Definition: Allowance for doubtful accounts, also called the allowance for uncollectible accounts, is a contra asset account that records an estimate of the accounts receivable that will not be collected. In other words, it’s an account used to discount the accounts receivablea ccount and keep track of the customers who will probably not pay their current balances.

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Accounts Payable Turnover Ratio | Analysis | Formula | Example

The accounts payable turnover ratio, or simply the payable turnover, is a liquidity ratio that shows a company's ability to pay off its accounts payable by comparing net credit purchases to the average accounts payable during a period.

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What are Long-Term Liabilities? - Definition | Meaning

Definition: A long-term liability, often called a non-current liability, is an obligation that will not be paid off in the current year or accounting period. In other words, its debt that is not due within a year. Some common examples of long-term liabilities are notes payable, bonds payable, mortgages, and leases. What Does Long Term Liabilities Mean?

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Cash Flow Coverage Ratio | Formula | Example | Calculation

The cash flow coverage ratio is a liquidity ratio that measures a company’s ability to pay off its obligations with its operating cash flows. In other words, this calculation shows how easily a firm’s cash flow from operations can pay off its debt or current expenses.

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Debt to Income Ratio Formula | Example | Mortgage

The debt to income ratio is a personal finance measurement that calculates what percentage of income debt payments make up by comparing monthly payments to monthly revenues. In other words, it shows us what percentage of your income is being paid out in monthly debt payments for credit cards, loans, and mortgages.

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Long Term Debt to Total Asset Ratio | Formula | Example

The long-term debt to total asset ratio is a solvency or coverage ratio that calculates a company’s leverage by comparing total debt to assets. In other words, it measures the percentage of assets that a business would need to liquidate to pay off its long-term debt.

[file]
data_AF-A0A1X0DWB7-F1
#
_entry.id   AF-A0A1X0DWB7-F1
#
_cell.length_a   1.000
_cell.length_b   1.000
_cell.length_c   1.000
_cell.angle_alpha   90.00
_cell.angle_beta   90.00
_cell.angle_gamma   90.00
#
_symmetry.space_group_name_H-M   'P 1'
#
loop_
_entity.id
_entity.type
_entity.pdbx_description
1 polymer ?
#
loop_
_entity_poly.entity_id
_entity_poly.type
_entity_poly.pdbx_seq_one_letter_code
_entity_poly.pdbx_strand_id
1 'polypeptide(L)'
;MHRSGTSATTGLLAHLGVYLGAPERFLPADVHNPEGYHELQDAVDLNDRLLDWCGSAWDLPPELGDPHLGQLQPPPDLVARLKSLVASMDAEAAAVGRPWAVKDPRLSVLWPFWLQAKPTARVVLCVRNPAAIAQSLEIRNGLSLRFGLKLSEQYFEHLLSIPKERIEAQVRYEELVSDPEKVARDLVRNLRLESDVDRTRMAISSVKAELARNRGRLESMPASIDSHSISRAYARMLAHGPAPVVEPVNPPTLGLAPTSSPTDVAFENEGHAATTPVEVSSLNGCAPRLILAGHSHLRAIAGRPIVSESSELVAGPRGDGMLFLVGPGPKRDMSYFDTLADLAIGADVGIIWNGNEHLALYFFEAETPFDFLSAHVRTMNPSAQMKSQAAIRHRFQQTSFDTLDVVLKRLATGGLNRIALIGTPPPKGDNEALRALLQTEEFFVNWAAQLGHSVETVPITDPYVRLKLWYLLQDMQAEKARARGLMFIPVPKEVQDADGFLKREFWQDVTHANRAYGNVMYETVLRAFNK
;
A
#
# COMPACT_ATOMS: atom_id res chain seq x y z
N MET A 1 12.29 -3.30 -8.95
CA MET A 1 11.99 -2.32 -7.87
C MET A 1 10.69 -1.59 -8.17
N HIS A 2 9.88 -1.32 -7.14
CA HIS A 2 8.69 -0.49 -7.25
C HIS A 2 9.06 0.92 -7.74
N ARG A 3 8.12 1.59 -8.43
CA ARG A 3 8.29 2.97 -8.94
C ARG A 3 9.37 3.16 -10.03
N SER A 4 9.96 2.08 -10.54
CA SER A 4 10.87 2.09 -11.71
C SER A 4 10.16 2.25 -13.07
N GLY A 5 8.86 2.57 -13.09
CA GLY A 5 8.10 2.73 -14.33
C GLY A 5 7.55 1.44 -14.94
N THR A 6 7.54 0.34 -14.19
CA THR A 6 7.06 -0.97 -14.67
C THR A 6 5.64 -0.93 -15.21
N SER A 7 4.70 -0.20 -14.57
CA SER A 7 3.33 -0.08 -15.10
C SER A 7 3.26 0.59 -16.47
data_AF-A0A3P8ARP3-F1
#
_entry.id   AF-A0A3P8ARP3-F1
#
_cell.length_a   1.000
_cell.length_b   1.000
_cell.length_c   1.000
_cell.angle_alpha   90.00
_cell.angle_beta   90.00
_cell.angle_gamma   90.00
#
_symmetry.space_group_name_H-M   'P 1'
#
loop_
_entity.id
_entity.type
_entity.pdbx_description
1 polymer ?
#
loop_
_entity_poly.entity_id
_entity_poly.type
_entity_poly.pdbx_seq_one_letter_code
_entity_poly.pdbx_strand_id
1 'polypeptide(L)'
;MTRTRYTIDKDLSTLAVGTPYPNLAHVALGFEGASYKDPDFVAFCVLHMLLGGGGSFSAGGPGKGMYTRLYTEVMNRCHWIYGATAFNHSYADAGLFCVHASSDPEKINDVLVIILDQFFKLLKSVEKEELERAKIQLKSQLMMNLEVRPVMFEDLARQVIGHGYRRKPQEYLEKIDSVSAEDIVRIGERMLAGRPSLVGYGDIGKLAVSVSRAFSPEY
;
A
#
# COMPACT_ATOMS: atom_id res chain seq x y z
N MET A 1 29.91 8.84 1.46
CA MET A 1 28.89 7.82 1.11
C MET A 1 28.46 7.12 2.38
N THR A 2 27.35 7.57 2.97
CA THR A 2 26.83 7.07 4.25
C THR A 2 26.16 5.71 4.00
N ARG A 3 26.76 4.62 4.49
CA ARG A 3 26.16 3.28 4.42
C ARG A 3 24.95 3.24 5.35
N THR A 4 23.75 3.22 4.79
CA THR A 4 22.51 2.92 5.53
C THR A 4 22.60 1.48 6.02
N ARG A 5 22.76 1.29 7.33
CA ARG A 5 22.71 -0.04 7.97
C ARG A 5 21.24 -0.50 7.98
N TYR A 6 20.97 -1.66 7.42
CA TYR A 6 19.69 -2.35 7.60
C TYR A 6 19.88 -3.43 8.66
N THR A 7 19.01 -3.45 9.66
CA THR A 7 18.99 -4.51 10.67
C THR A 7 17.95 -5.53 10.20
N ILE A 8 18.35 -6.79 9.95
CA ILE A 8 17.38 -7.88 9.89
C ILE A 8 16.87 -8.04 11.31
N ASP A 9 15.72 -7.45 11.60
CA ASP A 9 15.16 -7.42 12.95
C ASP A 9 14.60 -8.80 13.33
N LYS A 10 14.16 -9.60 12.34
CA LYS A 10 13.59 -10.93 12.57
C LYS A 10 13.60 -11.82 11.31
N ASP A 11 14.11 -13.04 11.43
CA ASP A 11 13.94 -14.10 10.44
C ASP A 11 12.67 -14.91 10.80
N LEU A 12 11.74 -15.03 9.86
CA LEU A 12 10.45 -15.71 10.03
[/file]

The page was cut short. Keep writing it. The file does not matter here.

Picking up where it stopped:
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Return on Retained Earnings (RORE) | Formula | Example

Return on Retained Earnings (RORE) is a financial ratio that calculates how much a company earns for its shareholders by reinvesting its profits back into the company. The ratio is expressed as a percentage, with a larger number meaning, of course, a higher return.

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What is Gross Sales? - Definition | Meaning | Example

Definition: Gross sales, also called top line sales, are the total of all product and service sales reported by an organization during a period not including any returns, discounts, or rebates. What Does Gross Sales Mean? What is the definition of gross sales? The gross sales are simply the total amount of sales made during a period.

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Best Reasons Why You Should Sit for REG (CPA Exam Section

We know the exam is stressful, and by taking REG before the updates, you can take a little bit of the pressure off. When it all boils down, you’re going to have to learn about the Tax Cuts and Jobs Act. You’re an accounting professionals, and the new laws are going to affect your work whether you’re in public accounting, industry or